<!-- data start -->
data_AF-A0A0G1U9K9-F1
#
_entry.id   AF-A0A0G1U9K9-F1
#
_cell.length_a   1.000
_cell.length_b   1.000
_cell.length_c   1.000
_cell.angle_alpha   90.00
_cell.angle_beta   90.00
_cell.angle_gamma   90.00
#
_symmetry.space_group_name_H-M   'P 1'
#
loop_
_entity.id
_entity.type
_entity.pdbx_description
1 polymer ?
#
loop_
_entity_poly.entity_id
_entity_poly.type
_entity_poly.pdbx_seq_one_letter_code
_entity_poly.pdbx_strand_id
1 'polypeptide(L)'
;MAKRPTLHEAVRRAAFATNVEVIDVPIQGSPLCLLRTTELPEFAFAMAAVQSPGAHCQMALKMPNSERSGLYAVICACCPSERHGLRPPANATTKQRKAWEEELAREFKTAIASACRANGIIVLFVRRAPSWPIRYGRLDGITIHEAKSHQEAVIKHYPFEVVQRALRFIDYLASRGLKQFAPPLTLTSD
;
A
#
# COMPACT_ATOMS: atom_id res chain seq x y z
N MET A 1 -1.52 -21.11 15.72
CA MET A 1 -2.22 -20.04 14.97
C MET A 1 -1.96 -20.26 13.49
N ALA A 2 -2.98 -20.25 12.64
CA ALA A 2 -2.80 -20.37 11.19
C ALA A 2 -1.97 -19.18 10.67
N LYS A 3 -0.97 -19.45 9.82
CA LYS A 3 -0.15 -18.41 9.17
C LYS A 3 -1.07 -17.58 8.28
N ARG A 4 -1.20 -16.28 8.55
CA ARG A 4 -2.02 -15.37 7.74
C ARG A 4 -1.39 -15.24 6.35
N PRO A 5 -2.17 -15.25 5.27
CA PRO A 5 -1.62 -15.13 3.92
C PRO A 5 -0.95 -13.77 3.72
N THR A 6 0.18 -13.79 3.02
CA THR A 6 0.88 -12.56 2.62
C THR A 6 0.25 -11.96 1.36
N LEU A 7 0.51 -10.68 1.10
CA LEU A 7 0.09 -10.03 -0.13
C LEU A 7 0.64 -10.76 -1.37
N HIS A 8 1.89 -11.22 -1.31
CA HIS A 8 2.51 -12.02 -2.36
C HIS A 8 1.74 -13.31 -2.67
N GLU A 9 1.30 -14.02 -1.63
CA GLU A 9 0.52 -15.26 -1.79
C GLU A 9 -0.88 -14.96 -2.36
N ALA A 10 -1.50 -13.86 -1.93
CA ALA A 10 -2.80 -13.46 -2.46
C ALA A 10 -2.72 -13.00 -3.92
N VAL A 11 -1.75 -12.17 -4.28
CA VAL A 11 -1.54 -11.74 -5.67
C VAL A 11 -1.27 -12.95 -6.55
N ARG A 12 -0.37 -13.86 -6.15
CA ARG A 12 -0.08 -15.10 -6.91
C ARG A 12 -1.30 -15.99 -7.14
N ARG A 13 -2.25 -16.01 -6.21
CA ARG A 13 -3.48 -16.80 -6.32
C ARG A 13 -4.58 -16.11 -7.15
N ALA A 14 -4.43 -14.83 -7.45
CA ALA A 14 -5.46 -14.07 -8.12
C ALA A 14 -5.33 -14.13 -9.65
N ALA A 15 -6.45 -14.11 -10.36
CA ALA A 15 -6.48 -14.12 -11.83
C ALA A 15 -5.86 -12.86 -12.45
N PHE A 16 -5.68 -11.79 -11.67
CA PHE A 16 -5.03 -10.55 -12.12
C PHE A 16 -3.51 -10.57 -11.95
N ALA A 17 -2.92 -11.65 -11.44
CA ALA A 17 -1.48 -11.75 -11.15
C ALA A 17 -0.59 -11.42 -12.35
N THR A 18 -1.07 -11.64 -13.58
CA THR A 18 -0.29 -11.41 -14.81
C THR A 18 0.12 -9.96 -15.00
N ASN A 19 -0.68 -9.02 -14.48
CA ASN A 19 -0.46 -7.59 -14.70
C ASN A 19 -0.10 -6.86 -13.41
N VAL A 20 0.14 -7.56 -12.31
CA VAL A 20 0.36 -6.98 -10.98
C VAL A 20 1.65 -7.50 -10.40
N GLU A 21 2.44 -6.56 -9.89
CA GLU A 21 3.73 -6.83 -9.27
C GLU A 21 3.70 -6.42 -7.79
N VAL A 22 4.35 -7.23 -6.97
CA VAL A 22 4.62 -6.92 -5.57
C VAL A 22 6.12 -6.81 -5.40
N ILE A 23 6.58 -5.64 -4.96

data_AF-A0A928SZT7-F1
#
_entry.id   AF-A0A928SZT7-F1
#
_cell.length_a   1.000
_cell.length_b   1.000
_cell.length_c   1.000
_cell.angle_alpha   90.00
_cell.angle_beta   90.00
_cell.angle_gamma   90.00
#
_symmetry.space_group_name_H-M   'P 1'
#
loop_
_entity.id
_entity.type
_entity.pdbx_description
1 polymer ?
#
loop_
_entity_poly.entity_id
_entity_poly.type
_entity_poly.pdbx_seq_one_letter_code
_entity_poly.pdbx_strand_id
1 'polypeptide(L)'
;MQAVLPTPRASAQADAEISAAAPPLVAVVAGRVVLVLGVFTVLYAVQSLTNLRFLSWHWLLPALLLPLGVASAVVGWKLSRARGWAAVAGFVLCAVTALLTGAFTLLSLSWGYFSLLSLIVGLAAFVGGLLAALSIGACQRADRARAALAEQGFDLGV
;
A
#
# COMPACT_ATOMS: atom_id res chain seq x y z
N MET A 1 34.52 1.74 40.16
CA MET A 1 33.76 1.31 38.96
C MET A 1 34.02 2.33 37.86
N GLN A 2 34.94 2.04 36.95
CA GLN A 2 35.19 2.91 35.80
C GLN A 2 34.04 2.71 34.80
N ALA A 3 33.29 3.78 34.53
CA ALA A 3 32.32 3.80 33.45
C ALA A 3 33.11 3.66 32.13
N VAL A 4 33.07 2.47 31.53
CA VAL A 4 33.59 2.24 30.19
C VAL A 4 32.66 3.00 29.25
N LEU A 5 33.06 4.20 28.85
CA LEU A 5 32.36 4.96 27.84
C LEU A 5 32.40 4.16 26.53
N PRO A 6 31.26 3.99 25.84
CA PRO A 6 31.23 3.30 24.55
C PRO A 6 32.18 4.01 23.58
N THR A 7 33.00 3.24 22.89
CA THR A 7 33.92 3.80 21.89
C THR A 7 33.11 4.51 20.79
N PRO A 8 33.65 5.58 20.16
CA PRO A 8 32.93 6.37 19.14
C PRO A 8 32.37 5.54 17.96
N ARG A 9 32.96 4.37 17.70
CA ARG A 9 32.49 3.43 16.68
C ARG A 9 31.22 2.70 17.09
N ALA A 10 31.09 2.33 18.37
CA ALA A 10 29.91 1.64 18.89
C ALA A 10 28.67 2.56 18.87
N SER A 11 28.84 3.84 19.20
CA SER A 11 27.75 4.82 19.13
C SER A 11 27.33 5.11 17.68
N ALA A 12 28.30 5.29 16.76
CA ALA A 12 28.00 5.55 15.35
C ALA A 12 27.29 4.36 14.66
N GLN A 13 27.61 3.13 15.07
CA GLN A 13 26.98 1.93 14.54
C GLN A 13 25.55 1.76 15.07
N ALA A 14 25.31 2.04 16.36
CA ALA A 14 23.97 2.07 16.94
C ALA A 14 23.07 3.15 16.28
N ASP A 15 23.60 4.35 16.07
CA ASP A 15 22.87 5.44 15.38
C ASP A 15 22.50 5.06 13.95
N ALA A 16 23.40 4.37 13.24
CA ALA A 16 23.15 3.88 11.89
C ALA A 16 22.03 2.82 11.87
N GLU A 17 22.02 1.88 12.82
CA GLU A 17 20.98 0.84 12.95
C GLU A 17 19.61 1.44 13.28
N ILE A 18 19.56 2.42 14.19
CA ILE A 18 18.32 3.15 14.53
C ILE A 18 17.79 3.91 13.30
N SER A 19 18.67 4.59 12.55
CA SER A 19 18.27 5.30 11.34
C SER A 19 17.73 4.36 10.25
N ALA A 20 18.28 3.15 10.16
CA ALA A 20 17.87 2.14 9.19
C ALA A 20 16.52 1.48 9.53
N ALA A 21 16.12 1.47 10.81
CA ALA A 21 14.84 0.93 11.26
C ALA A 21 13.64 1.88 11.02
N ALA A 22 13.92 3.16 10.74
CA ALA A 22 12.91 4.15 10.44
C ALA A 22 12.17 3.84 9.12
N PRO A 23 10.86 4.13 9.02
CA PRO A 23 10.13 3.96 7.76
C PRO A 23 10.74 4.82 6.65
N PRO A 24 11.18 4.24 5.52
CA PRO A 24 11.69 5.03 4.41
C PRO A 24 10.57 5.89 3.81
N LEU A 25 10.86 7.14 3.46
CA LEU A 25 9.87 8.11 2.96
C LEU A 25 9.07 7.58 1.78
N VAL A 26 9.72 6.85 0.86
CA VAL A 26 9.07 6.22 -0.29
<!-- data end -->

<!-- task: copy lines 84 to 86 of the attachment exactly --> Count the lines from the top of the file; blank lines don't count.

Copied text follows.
C THR A 18 0.12 -9.96 -15.00
N ASN A 19 -0.68 -9.02 -14.48
CA ASN A 19 -0.46 -7.59 -14.70